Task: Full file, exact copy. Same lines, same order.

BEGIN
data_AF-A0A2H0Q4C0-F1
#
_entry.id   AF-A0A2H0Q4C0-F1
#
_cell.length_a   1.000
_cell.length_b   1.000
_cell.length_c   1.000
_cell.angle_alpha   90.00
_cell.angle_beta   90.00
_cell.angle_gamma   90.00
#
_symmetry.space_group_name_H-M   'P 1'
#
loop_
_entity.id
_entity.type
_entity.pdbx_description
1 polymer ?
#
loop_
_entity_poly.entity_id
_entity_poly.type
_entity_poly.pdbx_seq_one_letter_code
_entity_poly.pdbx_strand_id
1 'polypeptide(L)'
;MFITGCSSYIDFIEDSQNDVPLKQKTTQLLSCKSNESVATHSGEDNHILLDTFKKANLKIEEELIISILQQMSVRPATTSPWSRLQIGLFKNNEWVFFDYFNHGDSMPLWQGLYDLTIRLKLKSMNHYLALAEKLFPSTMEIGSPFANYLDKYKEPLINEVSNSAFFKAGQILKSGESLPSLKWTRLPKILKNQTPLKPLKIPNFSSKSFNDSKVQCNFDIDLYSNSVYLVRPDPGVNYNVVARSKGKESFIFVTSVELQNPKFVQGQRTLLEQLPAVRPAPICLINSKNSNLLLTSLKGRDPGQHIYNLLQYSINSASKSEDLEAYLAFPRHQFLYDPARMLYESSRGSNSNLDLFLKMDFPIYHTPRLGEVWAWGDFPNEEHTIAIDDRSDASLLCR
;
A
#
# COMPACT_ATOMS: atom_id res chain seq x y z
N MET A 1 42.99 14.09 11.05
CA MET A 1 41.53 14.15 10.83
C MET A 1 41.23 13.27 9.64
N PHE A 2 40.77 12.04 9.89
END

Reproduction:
data_AF-A0A2H0Q4C0-F1
#
_entry.id   AF-A0A2H0Q4C0-F1
#
_cell.length_a   1.000
_cell.length_b   1.000
_cell.length_c   1.000
_cell.angle_alpha   90.00
_cell.angle_beta   90.00
_cell.angle_gamma   90.00
#
_symmetry.space_group_name_H-M   'P 1'
#
loop_
_entity.id
_entity.type
_entity.pdbx_description
1 polymer ?
#
loop_
_entity_poly.entity_id
_entity_poly.type
_entity_poly.pdbx_seq_one_letter_code
_entity_poly.pdbx_strand_id
1 'polypeptide(L)'
;MFITGCSSYIDFIEDSQNDVPLKQKTTQLLSCKSNESVATHSGEDNHILLDTFKKANLKIEEELIISILQQMSVRPATTSPWSRLQIGLFKNNEWVFFDYFNHGDSMPLWQGLYDLTIRLKLKSMNHYLALAEKLFPSTMEIGSPFANYLDKYKEPLINEVSNSAFFKAGQILKSGESLPSLKWTRLPKILKNQTPLKPLKIPNFSSKSFNDSKVQCNFDIDLYSNSVYLVRPDPGVNYNVVARSKGKESFIFVTSVELQNPKFVQGQRTLLEQLPAVRPAPICLINSKNSNLLLTSLKGRDPGQHIYNLLQYSINSASKSEDLEAYLAFPRHQFLYDPARMLYESSRGSNSNLDLFLKMDFPIYHTPRLGEVWAWGDFPNEEHTIAIDDRSDASLLCR
;
A
#
# COMPACT_ATOMS: atom_id res chain seq x y z
N MET A 1 42.99 14.09 11.05
CA MET A 1 41.53 14.15 10.83
C MET A 1 41.23 13.27 9.64
N PHE A 2 40.77 12.04 9.89